03 September 2015

"Go and make disciples"

by Frank Turk

From 2006 to 2012, PyroManiacs turned out almost-daily updates from the Post-Evangelical wasteland -- usually to the fear and loathing of more-polite and more-irenic bloggers and readers. The results lurk in the archives of this blog in spite of the hope of many that Google will "accidentally" swallow these words and pictures whole.

This feature enters the murky depths of the archives to fish out the classic hits from the golden age of internet drubbings.

The following excerpt was written by Frank back in July 2012. It was the first of a 3-part series on the subject of Biblical Evangelism. The entire series was a transcript of a talk that Frank gave at the 2012 Call to Discernment Conference in Tulsa OK.

As usual, the comments are closed.
You are all familiar with the Great Commission from the last chapter of Matthew. That statement from Jesus is foundational in our understanding of what exactly believers are supposed to do while we wait for Jesus to return.

Consider it: according to Matthew, Jesus was crucified, and then 3 days later the tomb was found empty, and the angel gave the disciples instructions on where to find Jesus. And when they showed up there, Jesus was there. But while they worshipped him, some of them doubted. The context of the Great Commission, in Matthew’s account, is Jesus addressing his followers who, after the greatest miracle of all time, doubted.

These people were looking at the resurrected Christ who just defeated death, and they doubted. And that’s actually our problem, right? The death of death in the resurrection of Christ somehow is not enough. The idea that the problem is diagnosed by God, and then the solution is decreed by God, and then worked out by God – and then all we have to do is repent of our diagnoses and our solutions and turn to Him and worship Him – that seems somehow anticlimactic.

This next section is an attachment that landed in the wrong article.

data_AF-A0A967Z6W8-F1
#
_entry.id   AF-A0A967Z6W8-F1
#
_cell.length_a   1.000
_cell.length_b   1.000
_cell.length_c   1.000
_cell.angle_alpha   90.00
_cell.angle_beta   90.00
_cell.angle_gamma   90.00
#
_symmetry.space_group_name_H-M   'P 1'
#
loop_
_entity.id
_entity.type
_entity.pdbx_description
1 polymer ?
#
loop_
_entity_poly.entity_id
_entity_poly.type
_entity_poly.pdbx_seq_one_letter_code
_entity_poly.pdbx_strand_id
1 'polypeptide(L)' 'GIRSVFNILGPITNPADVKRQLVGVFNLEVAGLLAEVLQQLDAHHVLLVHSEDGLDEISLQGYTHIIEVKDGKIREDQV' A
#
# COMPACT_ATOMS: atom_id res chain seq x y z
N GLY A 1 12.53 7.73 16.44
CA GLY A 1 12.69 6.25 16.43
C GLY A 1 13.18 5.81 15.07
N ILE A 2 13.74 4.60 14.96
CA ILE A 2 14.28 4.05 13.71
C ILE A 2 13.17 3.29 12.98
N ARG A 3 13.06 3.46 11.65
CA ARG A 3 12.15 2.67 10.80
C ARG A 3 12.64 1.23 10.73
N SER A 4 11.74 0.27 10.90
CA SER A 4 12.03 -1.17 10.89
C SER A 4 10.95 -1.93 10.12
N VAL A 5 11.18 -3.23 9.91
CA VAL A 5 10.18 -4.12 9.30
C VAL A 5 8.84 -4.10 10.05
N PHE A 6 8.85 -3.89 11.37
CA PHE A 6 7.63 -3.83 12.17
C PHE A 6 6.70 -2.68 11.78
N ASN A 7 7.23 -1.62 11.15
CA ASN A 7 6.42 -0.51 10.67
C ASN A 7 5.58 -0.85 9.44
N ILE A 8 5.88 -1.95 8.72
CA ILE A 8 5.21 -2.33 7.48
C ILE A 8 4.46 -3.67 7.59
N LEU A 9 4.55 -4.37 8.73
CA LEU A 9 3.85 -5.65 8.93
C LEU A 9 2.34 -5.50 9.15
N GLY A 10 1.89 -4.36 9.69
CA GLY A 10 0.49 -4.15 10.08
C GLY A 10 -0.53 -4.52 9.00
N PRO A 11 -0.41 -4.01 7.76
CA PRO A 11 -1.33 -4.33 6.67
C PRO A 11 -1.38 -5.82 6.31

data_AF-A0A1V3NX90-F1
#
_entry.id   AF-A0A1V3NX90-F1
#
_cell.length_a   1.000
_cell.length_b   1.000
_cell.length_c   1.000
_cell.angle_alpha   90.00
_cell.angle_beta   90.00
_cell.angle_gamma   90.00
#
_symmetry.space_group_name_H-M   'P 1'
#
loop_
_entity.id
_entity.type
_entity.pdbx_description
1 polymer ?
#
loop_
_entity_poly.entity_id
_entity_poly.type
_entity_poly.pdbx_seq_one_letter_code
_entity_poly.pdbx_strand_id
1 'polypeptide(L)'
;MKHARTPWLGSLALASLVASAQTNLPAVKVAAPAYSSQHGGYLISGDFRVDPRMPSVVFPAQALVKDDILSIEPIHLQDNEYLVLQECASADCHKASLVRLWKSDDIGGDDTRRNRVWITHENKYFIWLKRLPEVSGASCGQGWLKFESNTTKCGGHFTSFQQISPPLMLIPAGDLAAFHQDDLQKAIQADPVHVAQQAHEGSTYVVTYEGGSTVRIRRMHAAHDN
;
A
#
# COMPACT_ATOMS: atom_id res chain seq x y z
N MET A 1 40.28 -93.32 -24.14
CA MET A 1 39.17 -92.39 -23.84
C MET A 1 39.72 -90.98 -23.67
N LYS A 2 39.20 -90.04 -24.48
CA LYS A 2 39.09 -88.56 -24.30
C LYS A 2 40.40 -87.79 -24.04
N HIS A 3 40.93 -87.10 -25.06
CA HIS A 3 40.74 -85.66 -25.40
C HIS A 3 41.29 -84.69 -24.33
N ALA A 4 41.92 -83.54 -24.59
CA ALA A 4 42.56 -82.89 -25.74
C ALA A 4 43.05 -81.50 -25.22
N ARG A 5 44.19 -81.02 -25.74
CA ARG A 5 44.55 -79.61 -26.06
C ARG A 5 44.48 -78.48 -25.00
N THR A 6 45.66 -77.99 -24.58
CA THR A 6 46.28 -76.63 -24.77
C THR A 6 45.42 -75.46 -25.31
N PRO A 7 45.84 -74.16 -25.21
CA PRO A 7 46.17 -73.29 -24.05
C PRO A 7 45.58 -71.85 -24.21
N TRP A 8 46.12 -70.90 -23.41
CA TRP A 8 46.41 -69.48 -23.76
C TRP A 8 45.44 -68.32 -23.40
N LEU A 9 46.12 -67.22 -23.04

But Christ’s solution to that doubt is plain: “All authority in heaven and on earth has been given to me. Go therefore and make disciples of all nations, baptizing them in the name of the Father and of the Son and of the Holy Spirit, teaching them to observe all that I have commanded you. And behold, I am with you always, to the end of the age.”

The first thing this means for us is that what we are supposed to do is not by our own authority. You know: in Revelation, John says this by having all manner of created beings cry out, “Worthy is the Lamb!” This is the Jesus for whom the scroll in the hand of the Father – the deed to all creation – has been given, and he’s the only one who is worthy to take it. So when Jesus begins to address doubt about this plan, he starts by saying that confidence in this plan is not a matter of tactics, or of our star power: it is a matter of authority. He is saying something that is important for those of us who feel impressed with the work of evangelism to remember: we do not go to this task because we think it’s just a good idea.

You don’t become an evangelist, or declare the Gospel, because you’re convinced it’s true.

You don’t do this simply because you like Jesus, or you like other people.

You do this because this message is God’s message, and it only makes sense if it comes from God. You see: Jesus is not saying, “in order to renew all things, and to renovate culture, and to give people their best life now, here is my suggestion.” He is instead saying, “Look: a few days ago, you thought I was defeated by human priests and human empires, and left for dead in the grave. You thought that human authorities could overcome me and my purpose in this world because I was dead. But now? I’m alive. Because I am alive, you should see that there are no authorities greater than me. All authority in Heaven belongs to me – so you have a source of hope. But look: all authority on Earth belongs to me. You have nothing to fear.”

Jesus says, “Go and make Disciples.” The blessed King James translation says, “Go and teach all nations.” That word doesn’t mean you cause people to wear a t-shirt, or get a plastic fish on their cars, or hand them a card to fill out, or to write a date down in the front cover of their Bible. It means you cause them to sit under the teaching. In the days of Christ, it meant that you gave up something in order to follow your teacher around – or at least to be available when he is in town to teach.